How to settle church conflict

Karl Barth’s little book The German Church Conflict is remarkable reading. I read it and hear much of what he writes speaking to the condition of the church today. (More on that in another post on another day.)

In the first essay in the book, he speaks of conflict in the church and how to resolve it. The Confessing Church in Germany was accused by the National Socialists and moderates of stirring up trouble and conflict. The Nazis wanted the church to adopt Nazi theology. The moderates — like the preachers in Birmingham who admonished Martin Luther King Jr. — just wanted the conflict to go away. Barth wrote, in part, to reject the moderate’s arguments that the conflict could not be resolved and should therefore be avoided.

When there is strife in the Church, there is no reason at all for thinking that everybody may be right or perhaps nobody, and that the best course will doubtless be to break off the conflict. No, in the Church there is a judge. The judge alone may end the conflict. And the judge was then and is still today the Word of the apostles and prophets, who for this reason are called the foundation of the Church in Eph. 2:20. They were and are the witnesses whom Jesus Christ has appointed for Himself. They knew what right and truth are, and in their Word, and thus in the Holy Scriptures, the contestants in the Church can and must be able to hear the right and the truth unmistakably at all times.

I often find myself in the moderate camp in our church conflicts. I find Barth’s message a bracing challenge.

7 thoughts on “How to settle church conflict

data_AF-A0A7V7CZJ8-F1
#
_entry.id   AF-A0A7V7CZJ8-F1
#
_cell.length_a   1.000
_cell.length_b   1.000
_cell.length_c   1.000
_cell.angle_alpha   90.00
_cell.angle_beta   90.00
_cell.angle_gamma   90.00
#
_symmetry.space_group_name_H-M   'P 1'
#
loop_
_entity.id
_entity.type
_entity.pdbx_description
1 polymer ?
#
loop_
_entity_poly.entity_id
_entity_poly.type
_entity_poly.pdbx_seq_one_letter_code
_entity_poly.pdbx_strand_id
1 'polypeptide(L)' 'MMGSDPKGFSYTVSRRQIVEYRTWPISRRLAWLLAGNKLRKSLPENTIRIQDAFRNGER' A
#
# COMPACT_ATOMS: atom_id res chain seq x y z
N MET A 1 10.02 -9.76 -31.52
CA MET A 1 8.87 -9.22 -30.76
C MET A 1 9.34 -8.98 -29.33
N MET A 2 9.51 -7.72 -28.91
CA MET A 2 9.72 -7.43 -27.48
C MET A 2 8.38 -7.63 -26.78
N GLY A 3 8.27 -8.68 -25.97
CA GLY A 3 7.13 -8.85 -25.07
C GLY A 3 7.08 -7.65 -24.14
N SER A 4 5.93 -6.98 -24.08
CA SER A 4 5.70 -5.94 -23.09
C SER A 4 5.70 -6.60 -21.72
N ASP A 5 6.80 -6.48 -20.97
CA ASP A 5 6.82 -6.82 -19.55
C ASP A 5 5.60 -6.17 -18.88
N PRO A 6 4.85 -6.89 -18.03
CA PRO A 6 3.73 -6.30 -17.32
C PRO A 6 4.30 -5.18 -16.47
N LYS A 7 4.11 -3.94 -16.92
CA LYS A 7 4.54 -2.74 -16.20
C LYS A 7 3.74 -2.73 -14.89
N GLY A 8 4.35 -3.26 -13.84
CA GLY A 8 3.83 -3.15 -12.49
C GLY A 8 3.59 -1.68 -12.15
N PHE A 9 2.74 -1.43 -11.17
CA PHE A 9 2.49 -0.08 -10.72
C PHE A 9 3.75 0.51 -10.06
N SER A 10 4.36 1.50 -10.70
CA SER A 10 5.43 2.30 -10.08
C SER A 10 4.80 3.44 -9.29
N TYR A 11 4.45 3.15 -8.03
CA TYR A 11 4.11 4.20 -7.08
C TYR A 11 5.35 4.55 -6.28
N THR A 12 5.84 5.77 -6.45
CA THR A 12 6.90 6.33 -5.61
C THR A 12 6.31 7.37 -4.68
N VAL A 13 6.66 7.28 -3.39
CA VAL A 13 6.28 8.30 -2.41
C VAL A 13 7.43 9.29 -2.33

1. The United Methodist Church is at a similar crossroads. In spite of a 20 year putch to put homosexuality on par with heterosexuality, it has been voted not compatable. However an episcopal leader has chosen to defy the discipline. He cannot win by scripture, witness, experience nor reason yet he continues to claim his title and his pension. Will the church be united, or untied ?

  2. Church strife is very hard to resolve in a satisfying way. Members of the German Confessing Church remained AMBIVALENT on how to rid themselves of Hitler to the very end of the war (according to Joachim Fest, et al.). This indecision defeated all resolution, divided friends and family members, and today frustrates us in hindsight. We know the lessons, but we can’t bring ourselves to apply them in a way that satisfies.

    1. Leaders lead. Leaders weigh the evidence, facts, cost and try to project, minimize or eliminate future challenges.
      Some leaders face manipulation, intimidation, & always some criticism. Great leaders are aware of the tactics used by some parties and accept that fact.What they see and endure is placed in their memory files and makes them better leaders in the future.
      Leaders know a decision has to be made and they know everyone is not going to be happy.
      Leaders also understand the cost of not making decisions when one is demanded.
      Those that are not happy are then put into a position of decision making about their unhappy situation.

  3. Some people will not let a conflict die. Had the General Conference voted to accept homosexual rites as well as individual persons, I would have applauded. The genius of Methodism is its democratic form of discipline. But those who refuse to abide by the vote are rebels who could destroy the whole denomination. Those who are ordained, and receive denominational support need discipline. Not just a moderate “we disapprove.”

    1. I not so sure the genius of Methodism is genius at all.
      From some recent declarations one can see every weakness is being tested and exploited.
      The genius of trying to compromise on every issue and please everyone does not fall into the genius camp.
      It falls in the lukewarm camp.

  4. Not intending to offend, but in light of recent sinful disobedience from certain clergy, I’m starting to wonder if “moderates” aren’t enablers. After all, the reason that things have come to a head recently with the clergy trials pending and forthcoming is that we have clergy who are betting on the unwillingness of their fellow-clergy to punish their disobedience. Will moderates will prove willing to give church law some teeth–or would they prefer to remain silent for fear of “causing” division?

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